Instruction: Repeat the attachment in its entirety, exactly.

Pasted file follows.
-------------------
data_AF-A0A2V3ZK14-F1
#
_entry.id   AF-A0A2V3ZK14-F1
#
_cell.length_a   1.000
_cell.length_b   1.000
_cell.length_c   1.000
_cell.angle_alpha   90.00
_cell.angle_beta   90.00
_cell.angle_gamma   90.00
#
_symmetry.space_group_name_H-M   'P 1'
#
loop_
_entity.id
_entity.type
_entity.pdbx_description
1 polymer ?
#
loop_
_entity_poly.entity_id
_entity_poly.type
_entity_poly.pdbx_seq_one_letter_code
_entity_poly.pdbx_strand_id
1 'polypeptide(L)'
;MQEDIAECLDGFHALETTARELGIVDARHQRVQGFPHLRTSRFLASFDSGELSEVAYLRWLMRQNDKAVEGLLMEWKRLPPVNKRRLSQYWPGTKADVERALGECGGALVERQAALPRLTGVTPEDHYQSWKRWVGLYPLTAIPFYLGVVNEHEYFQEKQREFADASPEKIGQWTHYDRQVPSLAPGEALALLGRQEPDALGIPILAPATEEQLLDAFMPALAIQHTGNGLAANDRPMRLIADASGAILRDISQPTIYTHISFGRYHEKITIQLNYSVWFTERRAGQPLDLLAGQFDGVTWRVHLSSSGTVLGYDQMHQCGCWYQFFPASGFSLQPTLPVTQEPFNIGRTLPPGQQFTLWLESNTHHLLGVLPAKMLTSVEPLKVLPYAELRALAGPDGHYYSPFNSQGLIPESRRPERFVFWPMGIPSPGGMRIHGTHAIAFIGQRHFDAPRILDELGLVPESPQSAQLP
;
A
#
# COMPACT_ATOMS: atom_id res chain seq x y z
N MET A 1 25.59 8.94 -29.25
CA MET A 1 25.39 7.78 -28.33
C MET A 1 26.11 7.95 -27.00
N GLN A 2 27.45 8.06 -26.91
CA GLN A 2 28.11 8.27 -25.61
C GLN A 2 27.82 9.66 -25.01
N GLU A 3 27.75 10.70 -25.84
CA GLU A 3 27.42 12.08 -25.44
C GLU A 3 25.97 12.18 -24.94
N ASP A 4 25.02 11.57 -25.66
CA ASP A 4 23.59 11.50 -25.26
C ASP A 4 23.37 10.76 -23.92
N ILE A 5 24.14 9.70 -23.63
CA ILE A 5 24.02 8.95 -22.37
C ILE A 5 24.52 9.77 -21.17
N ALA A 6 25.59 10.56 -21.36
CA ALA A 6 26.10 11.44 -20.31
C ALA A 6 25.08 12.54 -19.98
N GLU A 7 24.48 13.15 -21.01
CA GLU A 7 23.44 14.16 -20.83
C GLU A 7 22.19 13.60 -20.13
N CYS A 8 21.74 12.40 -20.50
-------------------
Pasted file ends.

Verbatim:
data_AF-A0A2V3ZK14-F1
#
_entry.id   AF-A0A2V3ZK14-F1
#
_cell.length_a   1.000
_cell.length_b   1.000
_cell.length_c   1.000
_cell.angle_alpha   90.00
_cell.angle_beta   90.00
_cell.angle_gamma   90.00
#
_symmetry.space_group_name_H-M   'P 1'
#
loop_
_entity.id
_entity.type
_entity.pdbx_description
1 polymer ?
#
loop_
_entity_poly.entity_id
_entity_poly.type
_entity_poly.pdbx_seq_one_letter_code
_entity_poly.pdbx_strand_id
1 'polypeptide(L)'
;MQEDIAECLDGFHALETTARELGIVDARHQRVQGFPHLRTSRFLASFDSGELSEVAYLRWLMRQNDKAVEGLLMEWKRLPPVNKRRLSQYWPGTKADVERALGECGGALVERQAALPRLTGVTPEDHYQSWKRWVGLYPLTAIPFYLGVVNEHEYFQEKQREFADASPEKIGQWTHYDRQVPSLAPGEALALLGRQEPDALGIPILAPATEEQLLDAFMPALAIQHTGNGLAANDRPMRLIADASGAILRDISQPTIYTHISFGRYHEKITIQLNYSVWFTERRAGQPLDLLAGQFDGVTWRVHLSSSGTVLGYDQMHQCGCWYQFFPASGFSLQPTLPVTQEPFNIGRTLPPGQQFTLWLESNTHHLLGVLPAKMLTSVEPLKVLPYAELRALAGPDGHYYSPFNSQGLIPESRRPERFVFWPMGIPSPGGMRIHGTHAIAFIGQRHFDAPRILDELGLVPESPQSAQLP
;
A
#
# COMPACT_ATOMS: atom_id res chain seq x y z
N MET A 1 25.59 8.94 -29.25
CA MET A 1 25.39 7.78 -28.33
C MET A 1 26.11 7.95 -27.00
N GLN A 2 27.45 8.06 -26.91
CA GLN A 2 28.11 8.27 -25.61
C GLN A 2 27.82 9.66 -25.01
N GLU A 3 27.75 10.70 -25.84
CA GLU A 3 27.42 12.08 -25.44
C GLU A 3 25.97 12.18 -24.94
N ASP A 4 25.02 11.57 -25.66
CA ASP A 4 23.59 11.50 -25.26
C ASP A 4 23.37 10.76 -23.92
N ILE A 5 24.14 9.70 -23.63
CA ILE A 5 24.02 8.95 -22.37
C ILE A 5 24.52 9.77 -21.17
N ALA A 6 25.59 10.56 -21.36
CA ALA A 6 26.10 11.44 -20.31
C ALA A 6 25.08 12.54 -19.98
N GLU A 7 24.48 13.15 -21.01
CA GLU A 7 23.44 14.16 -20.83
C GLU A 7 22.19 13.60 -20.13
N CYS A 8 21.74 12.40 -20.50